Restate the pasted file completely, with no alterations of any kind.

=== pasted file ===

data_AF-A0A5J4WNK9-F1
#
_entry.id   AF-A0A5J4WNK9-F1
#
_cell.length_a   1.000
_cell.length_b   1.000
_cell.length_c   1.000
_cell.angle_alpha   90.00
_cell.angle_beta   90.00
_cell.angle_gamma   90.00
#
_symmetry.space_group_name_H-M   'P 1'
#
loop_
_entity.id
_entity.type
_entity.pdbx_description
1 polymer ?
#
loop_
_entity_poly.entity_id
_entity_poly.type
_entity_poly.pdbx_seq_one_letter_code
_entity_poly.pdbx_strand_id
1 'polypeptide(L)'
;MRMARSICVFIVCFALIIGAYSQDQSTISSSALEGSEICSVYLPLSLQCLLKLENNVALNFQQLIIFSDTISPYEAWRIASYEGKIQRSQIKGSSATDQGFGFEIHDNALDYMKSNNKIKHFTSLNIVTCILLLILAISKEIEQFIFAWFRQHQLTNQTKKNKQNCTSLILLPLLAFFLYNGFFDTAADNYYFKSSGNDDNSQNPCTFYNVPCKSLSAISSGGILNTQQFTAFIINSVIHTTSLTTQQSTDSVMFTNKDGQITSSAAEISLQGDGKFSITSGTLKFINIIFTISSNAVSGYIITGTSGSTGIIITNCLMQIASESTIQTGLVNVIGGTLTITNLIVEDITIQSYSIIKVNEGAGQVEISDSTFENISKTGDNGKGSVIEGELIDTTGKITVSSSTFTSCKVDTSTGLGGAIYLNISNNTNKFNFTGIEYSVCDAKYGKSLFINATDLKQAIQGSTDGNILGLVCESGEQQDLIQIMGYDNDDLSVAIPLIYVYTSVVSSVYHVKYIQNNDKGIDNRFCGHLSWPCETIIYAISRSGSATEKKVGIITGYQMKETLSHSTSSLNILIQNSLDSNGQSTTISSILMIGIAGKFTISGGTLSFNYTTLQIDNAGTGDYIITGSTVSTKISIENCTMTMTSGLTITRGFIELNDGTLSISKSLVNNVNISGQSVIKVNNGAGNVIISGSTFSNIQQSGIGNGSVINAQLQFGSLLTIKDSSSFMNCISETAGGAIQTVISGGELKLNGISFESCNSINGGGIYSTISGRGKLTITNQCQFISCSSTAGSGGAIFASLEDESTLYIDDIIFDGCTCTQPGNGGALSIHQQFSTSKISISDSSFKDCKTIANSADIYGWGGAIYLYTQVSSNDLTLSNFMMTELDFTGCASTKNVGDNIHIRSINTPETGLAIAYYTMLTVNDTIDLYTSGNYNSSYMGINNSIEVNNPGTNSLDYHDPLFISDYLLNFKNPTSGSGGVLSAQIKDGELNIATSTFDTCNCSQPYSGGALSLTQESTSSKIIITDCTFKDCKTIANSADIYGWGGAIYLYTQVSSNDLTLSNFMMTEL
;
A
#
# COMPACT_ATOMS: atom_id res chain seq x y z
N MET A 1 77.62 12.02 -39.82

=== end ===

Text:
data_AF-A0A5J4WNK9-F1
#
_entry.id   AF-A0A5J4WNK9-F1
#
_cell.length_a   1.000
_cell.length_b   1.000
_cell.length_c   1.000
_cell.angle_alpha   90.00
_cell.angle_beta   90.00
_cell.angle_gamma   90.00
#
_symmetry.space_group_name_H-M   'P 1'
#
loop_
_entity.id
_entity.type
_entity.pdbx_description
1 polymer ?
#
loop_
_entity_poly.entity_id
_entity_poly.type
_entity_poly.pdbx_seq_one_letter_code
_entity_poly.pdbx_strand_id
1 'polypeptide(L)'
;MRMARSICVFIVCFALIIGAYSQDQSTISSSALEGSEICSVYLPLSLQCLLKLENNVALNFQQLIIFSDTISPYEAWRIASYEGKIQRSQIKGSSATDQGFGFEIHDNALDYMKSNNKIKHFTSLNIVTCILLLILAISKEIEQFIFAWFRQHQLTNQTKKNKQNCTSLILLPLLAFFLYNGFFDTAADNYYFKSSGNDDNSQNPCTFYNVPCKSLSAISSGGILNTQQFTAFIINSVIHTTSLTTQQSTDSVMFTNKDGQITSSAAEISLQGDGKFSITSGTLKFINIIFTISSNAVSGYIITGTSGSTGIIITNCLMQIASESTIQTGLVNVIGGTLTITNLIVEDITIQSYSIIKVNEGAGQVEISDSTFENISKTGDNGKGSVIEGELIDTTGKITVSSSTFTSCKVDTSTGLGGAIYLNISNNTNKFNFTGIEYSVCDAKYGKSLFINATDLKQAIQGSTDGNILGLVCESGEQQDLIQIMGYDNDDLSVAIPLIYVYTSVVSSVYHVKYIQNNDKGIDNRFCGHLSWPCETIIYAISRSGSATEKKVGIITGYQMKETLSHSTSSLNILIQNSLDSNGQSTTISSILMIGIAGKFTISGGTLSFNYTTLQIDNAGTGDYIITGSTVSTKISIENCTMTMTSGLTITRGFIELNDGTLSISKSLVNNVNISGQSVIKVNNGAGNVIISGSTFSNIQQSGIGNGSVINAQLQFGSLLTIKDSSSFMNCISETAGGAIQTVISGGELKLNGISFESCNSINGGGIYSTISGRGKLTITNQCQFISCSSTAGSGGAIFASLEDESTLYIDDIIFDGCTCTQPGNGGALSIHQQFSTSKISISDSSFKDCKTIANSADIYGWGGAIYLYTQVSSNDLTLSNFMMTELDFTGCASTKNVGDNIHIRSINTPETGLAIAYYTMLTVNDTIDLYTSGNYNSSYMGINNSIEVNNPGTNSLDYHDPLFISDYLLNFKNPTSGSGGVLSAQIKDGELNIATSTFDTCNCSQPYSGGALSLTQESTSSKIIITDCTFKDCKTIANSADIYGWGGAIYLYTQVSSNDLTLSNFMMTEL
;
A
#
# COMPACT_ATOMS: atom_id res chain seq x y z
N MET A 1 77.62 12.02 -39.82